She told me the whole story, the tale of why she was there. It was a fable of life—for one poor family that had become intertwined——with a seemingly generous man. Her father had worked for Mr. Hammons on the farm. Now her brother worked there. She told me they were nice to her family. Mr. Hammons still helped her mom with bills and paid her rent for the beauty salon that her mother owned. She tapped her hands on her knee while she spoke; creating the imagines of benevolence that flowed from her tongue and through her lips. It was a strange moment for me. I was listening, partially, but my mind was wandering. As I watched her lips move, and saw a gleam in her eyes, I could only think about the taste of her skin, kissing her lips while staring into her eyes, and listening to that soft voice tell me her version of tales of entanglement. She still didn’t have any serious relationships to talk about. She wanted someone. She told me she wanted someone, as her eyes, dark and sensual as her skin, focused on my eyes, piercing blue of master race builders. I looked at her while images of her body filled my fantasies. Then my kids found me. I left.
The next year went by quickly. I was hell bent on getting another job, but was unable to find a better position, with a better class of people, so I stayed, hating every minute of every day I spent at work. Then the announcement for the party was made on December first. I was still single, and … Will she be there? Will we talk? Of course we will.
I arrived on time. In previous years I’d show up right before the bonuses were handed out then leave. But last year changed that, now I had a desire to stay, to chase a fantasy of forbidden desires, lust, and pleasure with the woman who spoke in tones, foreign, but sensual. Michelle was walking through the crowd, alone. We saw each other. As we walked closer, the weight of our stare prevented any distractions from revelers. We embraced. Together we walked towards the spread of gloriously fried southern food, and raised a few eyebrows, as we passed through odors, malodorous, that emanated from food and people. Permeable odors that I could wash from my clothes, but never from my psyche. Michelle liked the aroma in the air. Maybe my memories would be different this year. We sat down in the center of a table, ate our okra, fried chicken, and fat swelled mash potatoes. I asked her to dance. She smiled at me, and then took my hand. We stepped onto the dance floor while Don’t Close your Eyes played over the loudspeakers. The band was on a break, and everyone cleared the floor and headed to the bar. It was just me and her. Do it now! Kiss her now. Don’t wait. An announcement came over the public address system— meeting in the barn.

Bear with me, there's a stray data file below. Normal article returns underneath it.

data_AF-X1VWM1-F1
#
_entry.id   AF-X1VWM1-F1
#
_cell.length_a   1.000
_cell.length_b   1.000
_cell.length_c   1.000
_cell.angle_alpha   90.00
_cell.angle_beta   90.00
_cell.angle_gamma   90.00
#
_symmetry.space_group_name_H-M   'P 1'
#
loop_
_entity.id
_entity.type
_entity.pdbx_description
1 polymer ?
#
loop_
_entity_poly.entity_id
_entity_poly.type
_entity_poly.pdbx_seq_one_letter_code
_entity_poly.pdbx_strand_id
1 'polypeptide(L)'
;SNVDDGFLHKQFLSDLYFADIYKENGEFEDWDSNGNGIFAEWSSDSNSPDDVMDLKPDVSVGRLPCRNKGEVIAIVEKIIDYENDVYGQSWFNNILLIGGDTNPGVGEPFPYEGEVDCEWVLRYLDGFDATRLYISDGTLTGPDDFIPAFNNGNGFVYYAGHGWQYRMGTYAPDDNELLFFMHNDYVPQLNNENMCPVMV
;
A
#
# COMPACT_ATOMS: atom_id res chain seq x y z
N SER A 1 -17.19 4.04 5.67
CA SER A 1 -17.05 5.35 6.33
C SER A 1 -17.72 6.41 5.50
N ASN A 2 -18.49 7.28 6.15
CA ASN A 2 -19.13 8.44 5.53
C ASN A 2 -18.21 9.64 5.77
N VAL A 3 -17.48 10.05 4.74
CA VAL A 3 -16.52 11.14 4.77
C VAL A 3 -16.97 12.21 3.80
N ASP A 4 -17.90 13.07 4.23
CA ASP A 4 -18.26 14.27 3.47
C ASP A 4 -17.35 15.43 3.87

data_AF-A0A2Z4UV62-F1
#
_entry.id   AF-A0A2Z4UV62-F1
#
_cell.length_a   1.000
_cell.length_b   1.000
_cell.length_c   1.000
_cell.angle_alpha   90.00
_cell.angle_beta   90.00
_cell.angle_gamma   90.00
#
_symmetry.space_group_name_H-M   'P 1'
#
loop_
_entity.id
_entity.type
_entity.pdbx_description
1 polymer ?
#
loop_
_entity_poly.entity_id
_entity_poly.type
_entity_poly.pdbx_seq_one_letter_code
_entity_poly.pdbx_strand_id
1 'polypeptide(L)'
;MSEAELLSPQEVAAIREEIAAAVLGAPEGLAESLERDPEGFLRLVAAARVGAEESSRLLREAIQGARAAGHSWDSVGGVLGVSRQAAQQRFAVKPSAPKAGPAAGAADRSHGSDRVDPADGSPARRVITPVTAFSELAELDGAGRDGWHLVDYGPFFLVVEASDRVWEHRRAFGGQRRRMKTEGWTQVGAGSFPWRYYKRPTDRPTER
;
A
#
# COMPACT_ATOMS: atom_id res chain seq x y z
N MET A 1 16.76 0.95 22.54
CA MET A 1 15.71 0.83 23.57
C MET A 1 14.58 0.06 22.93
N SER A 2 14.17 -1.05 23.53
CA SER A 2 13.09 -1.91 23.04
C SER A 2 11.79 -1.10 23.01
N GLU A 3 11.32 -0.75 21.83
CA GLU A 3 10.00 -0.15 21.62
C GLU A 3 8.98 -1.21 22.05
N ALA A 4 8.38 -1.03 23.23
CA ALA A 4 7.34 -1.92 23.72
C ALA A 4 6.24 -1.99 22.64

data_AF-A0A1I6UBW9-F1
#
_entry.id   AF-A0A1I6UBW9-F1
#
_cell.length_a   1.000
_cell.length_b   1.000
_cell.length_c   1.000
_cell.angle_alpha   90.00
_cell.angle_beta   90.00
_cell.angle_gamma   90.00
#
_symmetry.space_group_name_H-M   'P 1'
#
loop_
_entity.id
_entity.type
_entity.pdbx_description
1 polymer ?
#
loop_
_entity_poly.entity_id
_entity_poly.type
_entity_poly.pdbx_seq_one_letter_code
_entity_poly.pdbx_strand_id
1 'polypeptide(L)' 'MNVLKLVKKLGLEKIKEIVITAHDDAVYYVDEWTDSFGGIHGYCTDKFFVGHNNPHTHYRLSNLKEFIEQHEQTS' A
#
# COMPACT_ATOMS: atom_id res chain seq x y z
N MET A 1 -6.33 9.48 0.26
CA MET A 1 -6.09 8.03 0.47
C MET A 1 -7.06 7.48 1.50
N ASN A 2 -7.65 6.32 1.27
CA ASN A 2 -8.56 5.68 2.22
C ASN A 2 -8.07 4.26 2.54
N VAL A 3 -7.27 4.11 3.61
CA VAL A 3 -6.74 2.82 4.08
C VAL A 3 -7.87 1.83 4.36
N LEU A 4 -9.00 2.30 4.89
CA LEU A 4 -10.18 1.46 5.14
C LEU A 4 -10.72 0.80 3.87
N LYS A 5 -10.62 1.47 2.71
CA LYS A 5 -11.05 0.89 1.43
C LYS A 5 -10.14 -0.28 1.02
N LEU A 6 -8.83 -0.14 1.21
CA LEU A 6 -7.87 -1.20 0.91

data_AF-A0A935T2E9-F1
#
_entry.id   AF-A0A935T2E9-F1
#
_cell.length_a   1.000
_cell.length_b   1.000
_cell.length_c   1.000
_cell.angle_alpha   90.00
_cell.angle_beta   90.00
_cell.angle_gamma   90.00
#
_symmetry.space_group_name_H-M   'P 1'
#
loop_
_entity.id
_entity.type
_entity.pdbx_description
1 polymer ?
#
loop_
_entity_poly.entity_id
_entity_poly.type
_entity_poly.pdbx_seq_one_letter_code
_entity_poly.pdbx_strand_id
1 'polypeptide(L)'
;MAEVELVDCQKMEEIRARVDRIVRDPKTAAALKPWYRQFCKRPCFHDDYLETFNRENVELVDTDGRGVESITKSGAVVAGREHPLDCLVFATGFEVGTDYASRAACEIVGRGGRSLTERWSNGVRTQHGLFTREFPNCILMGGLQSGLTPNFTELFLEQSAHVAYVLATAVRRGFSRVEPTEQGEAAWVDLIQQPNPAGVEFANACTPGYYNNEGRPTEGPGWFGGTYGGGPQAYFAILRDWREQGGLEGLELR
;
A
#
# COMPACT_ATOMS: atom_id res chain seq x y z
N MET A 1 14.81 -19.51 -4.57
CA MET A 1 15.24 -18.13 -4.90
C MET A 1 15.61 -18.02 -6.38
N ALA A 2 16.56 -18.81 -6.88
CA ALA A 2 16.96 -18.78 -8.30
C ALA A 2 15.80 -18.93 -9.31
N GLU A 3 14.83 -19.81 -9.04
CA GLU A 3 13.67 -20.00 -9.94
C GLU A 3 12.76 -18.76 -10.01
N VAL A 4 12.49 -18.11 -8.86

I got my bonus. When I walked out of the barn she was waiting. The hecklers started, but we didn’t care. They’d all trade with me for a piece of that smooth ass in the darkness, and run at the first sign of light. My heart was racing, pounding in my chest. She stared and watched me, the man, the man who knew and understood race, but didn’t care, the fool who would let his lousy job go for a kiss, a touch, anything. We walked away from the crowd, the sly reserved hecklers that used to burn down houses of hard laboring families had gone back to dancing, and booze.